MIT Reports to the President 1994-95

George R. Wallace, Jr., Astrophysical Observatory


The George R. Wallace, Jr., Astrophysical Observatory is a teaching and research observatory located in Westford, Massachusetts. Its facilities consist of a 24-inch telescope, a 16-inch telescope, several 14- and 8-inch telescopes, a 5.5-inch astrograph, and a building that houses a workshop, darkroom, computer facility, and observers' quarters. Instruments include the SNAPSHOT high-speed dual-CCD photometer, a portable high-speed CCD occultation system, several small CCD systems, conventional photometers, photographic cameras, and a spectrograph. Upgrades to Observatory facilities during the past year included re-engineering of the drive systems for the 14- inch telescopes and characterization of the 24-inch drive system to minimize periodic errors. The spectrograph was successfully converted from 35-mm film to CCD technology; work is continuing to improve the system optics.


Professor James L. Elliot continued his duties as Observatory Director. Principal Research Scientist Heidi B. Hammel assists with site management and telescope scheduling, with the help of Research Specialist Rich Meserole. Mr. Michael Mattei serves as a part-time Technical Assistant for making on-site observations and helping with optical maintenance. Other staffing (usually students) is coordinated through research programs. The undergraduate working on the spectrograph project--Asantha Cooray--is participating in the Undergraduate Research Opportunities Program (UROP); other students are supported in part by NSF's Research Experiences for Undergraduates.


Last year course 8.287J-12.110J (Observational Techniques of Optical Astronomy) drew 12 students, who used the Wallace facilities for a variety of astronomical projects. An additional 11 students in subject 12S23 (Observing the Stars and Planets) used the Observatory for laboratory work. Course 12S24 (Advanced Observations of Stars and Planets) was not offered this year. An informal field trip for course 12.401 (Beyond the Solar System) was offered, as was an observing session for freshmen last fall. An open house held during MIT's 1995 Independent Activities Period attracted over 40 people (mostly undergraduates; some faculty and staff from other departments came).


Ms. Reba Bandyopadhyay, Mr. Stephen McDonald, and graduate student Catherine Olkin used the 24- inch to obtain CCD data for astrometric fields surrounding the comet 2060 Chiron and the star Ch08, which Chiron occulted in March 1994. Professor Elliot, Ms. Olkin, and their colleagues successfully observed the occultation with NASA's Kuiper Airborne Observatory, and they found several features that may be signatures of jets from Chiron's nucleus. Mr. McDonald, Ms. Bandyopadhyay, and Ms. Olkin also used CCD data from the 24-inch for astrometric and photometric observations of occultation candidate stars for future events involving Pluto, Saturn, Jupiter, Uranus, Neptune, Triton, and Titan. Astrometric and photometric observations in support of the Hubble Space Telescope are continuing, with Dr. Amanda Bosh (Lowell Observatory) assisting in coordination of that effort.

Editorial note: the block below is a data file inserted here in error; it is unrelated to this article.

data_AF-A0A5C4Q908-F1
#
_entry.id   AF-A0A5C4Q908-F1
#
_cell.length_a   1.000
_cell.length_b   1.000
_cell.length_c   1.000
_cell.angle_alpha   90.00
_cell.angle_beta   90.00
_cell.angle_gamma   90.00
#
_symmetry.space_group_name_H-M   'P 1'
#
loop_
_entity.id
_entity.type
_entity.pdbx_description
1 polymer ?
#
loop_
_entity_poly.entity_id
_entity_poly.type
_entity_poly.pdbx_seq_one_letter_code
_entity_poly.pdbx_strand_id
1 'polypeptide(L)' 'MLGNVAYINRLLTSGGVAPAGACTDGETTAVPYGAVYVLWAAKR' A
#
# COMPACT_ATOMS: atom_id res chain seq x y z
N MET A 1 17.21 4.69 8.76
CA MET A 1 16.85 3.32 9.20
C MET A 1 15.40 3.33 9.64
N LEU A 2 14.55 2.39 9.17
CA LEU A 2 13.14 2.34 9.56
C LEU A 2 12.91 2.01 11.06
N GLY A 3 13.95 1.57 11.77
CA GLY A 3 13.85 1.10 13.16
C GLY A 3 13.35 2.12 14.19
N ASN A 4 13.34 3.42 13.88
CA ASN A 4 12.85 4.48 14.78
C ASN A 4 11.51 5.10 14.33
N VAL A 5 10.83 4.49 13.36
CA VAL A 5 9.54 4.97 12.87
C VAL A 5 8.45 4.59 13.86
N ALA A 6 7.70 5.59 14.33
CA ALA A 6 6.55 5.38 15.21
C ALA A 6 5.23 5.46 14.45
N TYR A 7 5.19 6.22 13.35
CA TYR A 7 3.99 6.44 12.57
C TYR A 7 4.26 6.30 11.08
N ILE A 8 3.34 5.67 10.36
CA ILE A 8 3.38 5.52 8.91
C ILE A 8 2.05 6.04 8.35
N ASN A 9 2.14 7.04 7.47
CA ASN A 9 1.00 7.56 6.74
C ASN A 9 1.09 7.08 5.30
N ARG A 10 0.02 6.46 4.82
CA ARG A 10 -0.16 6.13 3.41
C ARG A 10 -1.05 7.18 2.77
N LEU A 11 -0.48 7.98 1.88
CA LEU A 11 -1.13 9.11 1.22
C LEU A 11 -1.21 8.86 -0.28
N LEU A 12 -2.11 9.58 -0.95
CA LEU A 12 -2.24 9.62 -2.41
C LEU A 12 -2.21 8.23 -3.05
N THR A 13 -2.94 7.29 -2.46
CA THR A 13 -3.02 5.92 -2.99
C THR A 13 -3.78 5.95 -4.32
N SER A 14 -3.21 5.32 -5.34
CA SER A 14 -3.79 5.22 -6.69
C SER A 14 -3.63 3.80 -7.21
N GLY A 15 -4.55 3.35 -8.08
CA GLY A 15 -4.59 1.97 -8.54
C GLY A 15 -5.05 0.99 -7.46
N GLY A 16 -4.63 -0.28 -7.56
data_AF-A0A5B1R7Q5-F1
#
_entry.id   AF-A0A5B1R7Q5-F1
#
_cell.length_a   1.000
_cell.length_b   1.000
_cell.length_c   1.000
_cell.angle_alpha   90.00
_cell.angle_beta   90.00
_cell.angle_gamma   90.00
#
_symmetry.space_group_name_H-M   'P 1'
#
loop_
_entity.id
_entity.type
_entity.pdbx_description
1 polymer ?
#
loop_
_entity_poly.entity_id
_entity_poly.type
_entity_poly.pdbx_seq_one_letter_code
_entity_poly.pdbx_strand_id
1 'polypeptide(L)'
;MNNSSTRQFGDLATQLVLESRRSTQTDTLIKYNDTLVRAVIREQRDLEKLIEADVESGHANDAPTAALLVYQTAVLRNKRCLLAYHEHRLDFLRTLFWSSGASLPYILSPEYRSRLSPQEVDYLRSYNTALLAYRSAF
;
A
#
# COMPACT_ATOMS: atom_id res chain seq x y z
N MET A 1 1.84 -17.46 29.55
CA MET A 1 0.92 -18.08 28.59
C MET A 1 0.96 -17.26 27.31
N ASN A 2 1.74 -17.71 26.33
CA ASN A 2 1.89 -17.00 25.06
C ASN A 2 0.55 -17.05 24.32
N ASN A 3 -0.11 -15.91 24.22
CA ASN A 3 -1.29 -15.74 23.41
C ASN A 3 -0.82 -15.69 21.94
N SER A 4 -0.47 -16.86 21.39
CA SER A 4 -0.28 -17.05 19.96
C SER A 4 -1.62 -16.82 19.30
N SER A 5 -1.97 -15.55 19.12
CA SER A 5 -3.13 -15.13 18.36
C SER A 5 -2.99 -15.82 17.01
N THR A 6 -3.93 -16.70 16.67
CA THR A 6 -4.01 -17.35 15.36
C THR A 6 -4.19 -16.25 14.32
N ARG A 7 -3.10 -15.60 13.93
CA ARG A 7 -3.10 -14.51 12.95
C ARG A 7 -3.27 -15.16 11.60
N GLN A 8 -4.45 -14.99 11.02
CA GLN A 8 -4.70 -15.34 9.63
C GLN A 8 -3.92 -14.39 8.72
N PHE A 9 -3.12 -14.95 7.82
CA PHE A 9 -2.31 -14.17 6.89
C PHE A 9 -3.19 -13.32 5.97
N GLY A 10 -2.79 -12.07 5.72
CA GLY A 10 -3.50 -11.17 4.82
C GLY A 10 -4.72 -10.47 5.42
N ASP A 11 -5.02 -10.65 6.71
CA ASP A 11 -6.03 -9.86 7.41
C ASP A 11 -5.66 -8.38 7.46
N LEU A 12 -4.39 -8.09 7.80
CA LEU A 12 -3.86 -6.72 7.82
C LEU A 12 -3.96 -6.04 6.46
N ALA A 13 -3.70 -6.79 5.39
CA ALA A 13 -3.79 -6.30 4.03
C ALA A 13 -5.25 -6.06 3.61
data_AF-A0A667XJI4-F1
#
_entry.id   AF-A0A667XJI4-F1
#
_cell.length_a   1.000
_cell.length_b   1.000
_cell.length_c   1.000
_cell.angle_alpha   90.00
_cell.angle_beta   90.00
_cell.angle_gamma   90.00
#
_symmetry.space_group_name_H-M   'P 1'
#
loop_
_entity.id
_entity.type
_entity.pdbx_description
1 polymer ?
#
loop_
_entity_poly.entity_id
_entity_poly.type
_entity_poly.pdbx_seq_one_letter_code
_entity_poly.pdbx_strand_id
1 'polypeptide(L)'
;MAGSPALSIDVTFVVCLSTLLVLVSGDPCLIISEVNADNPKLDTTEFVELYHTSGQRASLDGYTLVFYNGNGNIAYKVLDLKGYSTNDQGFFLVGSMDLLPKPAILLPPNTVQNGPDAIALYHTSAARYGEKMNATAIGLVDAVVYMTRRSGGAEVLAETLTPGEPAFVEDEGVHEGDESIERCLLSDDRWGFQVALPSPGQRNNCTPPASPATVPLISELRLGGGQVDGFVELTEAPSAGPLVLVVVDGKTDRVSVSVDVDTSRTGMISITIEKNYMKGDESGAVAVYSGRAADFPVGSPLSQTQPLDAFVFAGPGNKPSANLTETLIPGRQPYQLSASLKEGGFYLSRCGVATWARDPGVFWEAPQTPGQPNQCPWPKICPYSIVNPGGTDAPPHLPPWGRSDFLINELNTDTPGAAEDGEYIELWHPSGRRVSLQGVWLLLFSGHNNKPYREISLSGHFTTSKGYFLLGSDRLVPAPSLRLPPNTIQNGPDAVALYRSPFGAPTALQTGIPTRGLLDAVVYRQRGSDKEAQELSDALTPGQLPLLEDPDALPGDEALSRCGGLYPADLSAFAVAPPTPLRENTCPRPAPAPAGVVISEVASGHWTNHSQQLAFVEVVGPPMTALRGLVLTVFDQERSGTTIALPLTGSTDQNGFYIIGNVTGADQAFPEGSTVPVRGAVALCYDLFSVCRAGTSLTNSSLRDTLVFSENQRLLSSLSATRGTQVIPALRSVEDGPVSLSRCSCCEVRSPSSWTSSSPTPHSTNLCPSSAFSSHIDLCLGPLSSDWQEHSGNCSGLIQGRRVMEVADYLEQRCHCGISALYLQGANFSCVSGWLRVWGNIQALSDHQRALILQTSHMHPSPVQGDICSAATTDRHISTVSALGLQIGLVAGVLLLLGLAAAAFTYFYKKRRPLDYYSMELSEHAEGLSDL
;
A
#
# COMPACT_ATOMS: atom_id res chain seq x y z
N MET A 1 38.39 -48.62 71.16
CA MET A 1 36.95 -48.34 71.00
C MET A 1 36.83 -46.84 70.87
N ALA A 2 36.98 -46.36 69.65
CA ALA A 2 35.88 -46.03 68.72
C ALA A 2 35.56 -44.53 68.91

Former graduate student Steve Slivan, working with Professor Richard Binzel and undergraduate Adam Ross, used the 24-inch to observe rotational lightcurves of asteroids Lacrimosa, Dresda, Urda, Florentina, Claudia, Eriphyla, Koronis, and Elvira. Dr. Slivan developed an extensive database of asteroid photometry using the Wallace facilities, and recently successfully defended his MIT doctoral dissertation based on Wallace data.

Graduate student Jeff Foust used the 24-inch and 16-inch telescopes to prepare the portable high-speed CCD system for observations of the collision of Comet Shoemaker-Levy 9 with Jupiter, which occurred in mid July 1994. Mr. Foust observed this event using the system on the Mauna Kea Planetary Patrol Telescope (Hawaii). Ms. Bandyopadhyay and undergraduate Lisa Sopata monitored the event at Wallace using the SNAPSHOT on the 24-inch.

Mr. McDonald and Ms. Olkin are using the 24-inch to obtain CCD data for the astrometric fields surrounding: Pluto and the star P28 (which Pluto will occult in July 1995); Neptune's moon Triton and the star Tr148 (which Triton will occult in August 1995); and Saturn's moon Titan and star GSC5254-00997 (which Titan will occult in August 1995). The data will be analyzed to refine pre-event predictions of the positions of the stars and occulting objects. Professor Elliot, Dr. Hammel, Ms. Olkin, and colleagues have been awarded time on the NASA Infrared Telescope Facility (Mauna Kea, Hawaii) to observe the August occultation events.

Heidi B. Hammel

MIT Reports to the President 1994-95